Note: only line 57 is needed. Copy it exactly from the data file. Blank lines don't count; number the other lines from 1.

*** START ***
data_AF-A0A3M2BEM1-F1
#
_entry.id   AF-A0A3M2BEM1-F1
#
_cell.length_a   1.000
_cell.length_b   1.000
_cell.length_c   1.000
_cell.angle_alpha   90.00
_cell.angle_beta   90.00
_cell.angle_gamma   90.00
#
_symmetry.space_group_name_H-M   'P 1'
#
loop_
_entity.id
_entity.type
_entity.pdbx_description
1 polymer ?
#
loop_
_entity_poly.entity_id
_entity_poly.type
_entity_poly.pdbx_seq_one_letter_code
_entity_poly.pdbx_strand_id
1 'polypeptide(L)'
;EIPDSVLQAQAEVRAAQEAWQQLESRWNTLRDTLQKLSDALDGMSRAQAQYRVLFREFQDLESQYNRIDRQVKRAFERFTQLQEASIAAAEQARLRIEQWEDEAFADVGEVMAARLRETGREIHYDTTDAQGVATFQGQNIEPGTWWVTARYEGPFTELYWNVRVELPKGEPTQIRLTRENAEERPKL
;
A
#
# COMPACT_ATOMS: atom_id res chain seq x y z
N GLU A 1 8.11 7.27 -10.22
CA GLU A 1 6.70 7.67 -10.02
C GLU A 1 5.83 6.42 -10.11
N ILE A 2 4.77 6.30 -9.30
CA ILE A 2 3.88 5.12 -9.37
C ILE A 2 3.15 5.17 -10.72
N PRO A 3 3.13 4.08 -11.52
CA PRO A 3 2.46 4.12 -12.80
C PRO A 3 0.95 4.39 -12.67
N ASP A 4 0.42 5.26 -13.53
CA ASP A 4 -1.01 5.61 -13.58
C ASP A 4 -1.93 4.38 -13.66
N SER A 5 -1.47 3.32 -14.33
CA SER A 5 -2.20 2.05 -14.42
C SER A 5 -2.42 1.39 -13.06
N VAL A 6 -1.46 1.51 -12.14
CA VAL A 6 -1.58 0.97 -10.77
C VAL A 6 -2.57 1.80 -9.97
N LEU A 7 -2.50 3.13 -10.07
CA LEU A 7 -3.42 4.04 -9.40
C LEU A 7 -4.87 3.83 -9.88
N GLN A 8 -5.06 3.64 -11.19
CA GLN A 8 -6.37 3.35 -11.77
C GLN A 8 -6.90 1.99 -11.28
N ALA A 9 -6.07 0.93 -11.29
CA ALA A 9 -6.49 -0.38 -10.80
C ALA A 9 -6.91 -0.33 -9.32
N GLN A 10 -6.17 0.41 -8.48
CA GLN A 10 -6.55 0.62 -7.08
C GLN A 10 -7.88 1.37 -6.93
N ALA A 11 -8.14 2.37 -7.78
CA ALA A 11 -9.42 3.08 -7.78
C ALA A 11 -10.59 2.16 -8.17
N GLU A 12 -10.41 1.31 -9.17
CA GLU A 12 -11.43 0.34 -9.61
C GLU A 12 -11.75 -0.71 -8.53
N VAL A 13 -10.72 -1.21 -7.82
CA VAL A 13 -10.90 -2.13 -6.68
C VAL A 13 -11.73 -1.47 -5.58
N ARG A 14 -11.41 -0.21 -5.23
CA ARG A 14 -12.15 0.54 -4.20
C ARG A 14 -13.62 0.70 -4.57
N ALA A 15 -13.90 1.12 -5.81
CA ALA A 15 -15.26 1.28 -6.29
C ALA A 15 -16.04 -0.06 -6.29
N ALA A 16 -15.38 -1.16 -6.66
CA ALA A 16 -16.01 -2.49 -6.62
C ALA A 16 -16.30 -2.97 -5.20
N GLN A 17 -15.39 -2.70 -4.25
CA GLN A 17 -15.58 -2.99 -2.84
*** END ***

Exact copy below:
C ALA A 9 -6.91 -0.33 -9.32